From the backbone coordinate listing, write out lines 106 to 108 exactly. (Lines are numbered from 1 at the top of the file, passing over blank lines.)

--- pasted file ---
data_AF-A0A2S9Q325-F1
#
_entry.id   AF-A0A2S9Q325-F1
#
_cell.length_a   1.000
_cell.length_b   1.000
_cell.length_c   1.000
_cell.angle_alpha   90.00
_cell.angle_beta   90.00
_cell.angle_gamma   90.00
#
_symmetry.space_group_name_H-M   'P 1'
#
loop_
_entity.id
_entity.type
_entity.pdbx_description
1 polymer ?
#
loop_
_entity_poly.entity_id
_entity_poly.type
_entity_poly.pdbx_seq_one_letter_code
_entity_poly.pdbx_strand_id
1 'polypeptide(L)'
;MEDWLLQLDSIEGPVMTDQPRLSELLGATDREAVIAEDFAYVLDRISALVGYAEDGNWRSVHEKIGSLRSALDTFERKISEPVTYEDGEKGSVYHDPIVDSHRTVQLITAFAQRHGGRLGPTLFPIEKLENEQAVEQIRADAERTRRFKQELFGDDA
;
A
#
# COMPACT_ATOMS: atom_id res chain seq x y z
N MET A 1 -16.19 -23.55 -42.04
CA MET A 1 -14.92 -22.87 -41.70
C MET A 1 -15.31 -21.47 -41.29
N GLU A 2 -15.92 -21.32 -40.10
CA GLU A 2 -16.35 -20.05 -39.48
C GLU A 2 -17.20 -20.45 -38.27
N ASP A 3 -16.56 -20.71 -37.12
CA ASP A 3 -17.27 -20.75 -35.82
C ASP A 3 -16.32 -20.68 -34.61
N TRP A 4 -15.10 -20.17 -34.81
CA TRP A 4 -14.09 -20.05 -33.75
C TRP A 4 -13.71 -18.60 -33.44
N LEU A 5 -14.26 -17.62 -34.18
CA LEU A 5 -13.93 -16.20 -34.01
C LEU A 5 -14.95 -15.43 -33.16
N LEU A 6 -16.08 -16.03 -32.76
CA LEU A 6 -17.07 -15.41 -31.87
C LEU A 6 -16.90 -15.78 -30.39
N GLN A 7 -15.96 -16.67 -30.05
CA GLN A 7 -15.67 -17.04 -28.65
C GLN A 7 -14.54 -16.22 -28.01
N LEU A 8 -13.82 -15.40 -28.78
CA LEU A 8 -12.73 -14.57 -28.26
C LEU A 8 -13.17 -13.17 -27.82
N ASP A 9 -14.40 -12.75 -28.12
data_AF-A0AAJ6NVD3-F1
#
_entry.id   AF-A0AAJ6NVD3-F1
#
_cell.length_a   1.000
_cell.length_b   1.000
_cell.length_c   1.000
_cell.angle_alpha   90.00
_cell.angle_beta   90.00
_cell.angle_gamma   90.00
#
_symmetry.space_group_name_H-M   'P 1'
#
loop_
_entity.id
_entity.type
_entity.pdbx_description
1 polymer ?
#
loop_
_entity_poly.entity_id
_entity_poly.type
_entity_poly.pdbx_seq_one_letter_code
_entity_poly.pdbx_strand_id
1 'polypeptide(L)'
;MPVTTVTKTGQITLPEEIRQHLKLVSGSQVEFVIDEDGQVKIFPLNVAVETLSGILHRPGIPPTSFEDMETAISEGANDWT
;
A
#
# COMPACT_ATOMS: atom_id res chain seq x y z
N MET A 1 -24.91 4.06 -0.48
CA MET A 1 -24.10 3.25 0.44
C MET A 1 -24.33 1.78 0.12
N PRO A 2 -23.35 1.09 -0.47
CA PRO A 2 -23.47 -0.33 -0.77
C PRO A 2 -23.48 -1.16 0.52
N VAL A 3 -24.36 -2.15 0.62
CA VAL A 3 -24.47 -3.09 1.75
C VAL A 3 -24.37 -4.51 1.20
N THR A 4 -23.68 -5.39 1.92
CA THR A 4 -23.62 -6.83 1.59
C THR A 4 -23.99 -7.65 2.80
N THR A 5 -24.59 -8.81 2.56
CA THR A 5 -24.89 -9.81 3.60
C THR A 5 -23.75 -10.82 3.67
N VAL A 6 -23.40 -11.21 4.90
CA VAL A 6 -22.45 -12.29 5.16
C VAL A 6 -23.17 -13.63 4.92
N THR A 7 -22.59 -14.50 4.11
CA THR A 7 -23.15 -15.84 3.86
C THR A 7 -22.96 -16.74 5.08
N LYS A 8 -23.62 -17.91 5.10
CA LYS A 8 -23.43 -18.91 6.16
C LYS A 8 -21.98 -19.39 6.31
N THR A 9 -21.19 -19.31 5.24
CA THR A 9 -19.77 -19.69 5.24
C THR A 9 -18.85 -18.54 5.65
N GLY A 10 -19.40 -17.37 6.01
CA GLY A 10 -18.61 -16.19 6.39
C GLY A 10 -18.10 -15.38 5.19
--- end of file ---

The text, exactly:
C THR A 7 -22.96 -16.74 5.08
N LYS A 8 -23.62 -17.91 5.10
CA LYS A 8 -23.43 -18.91 6.16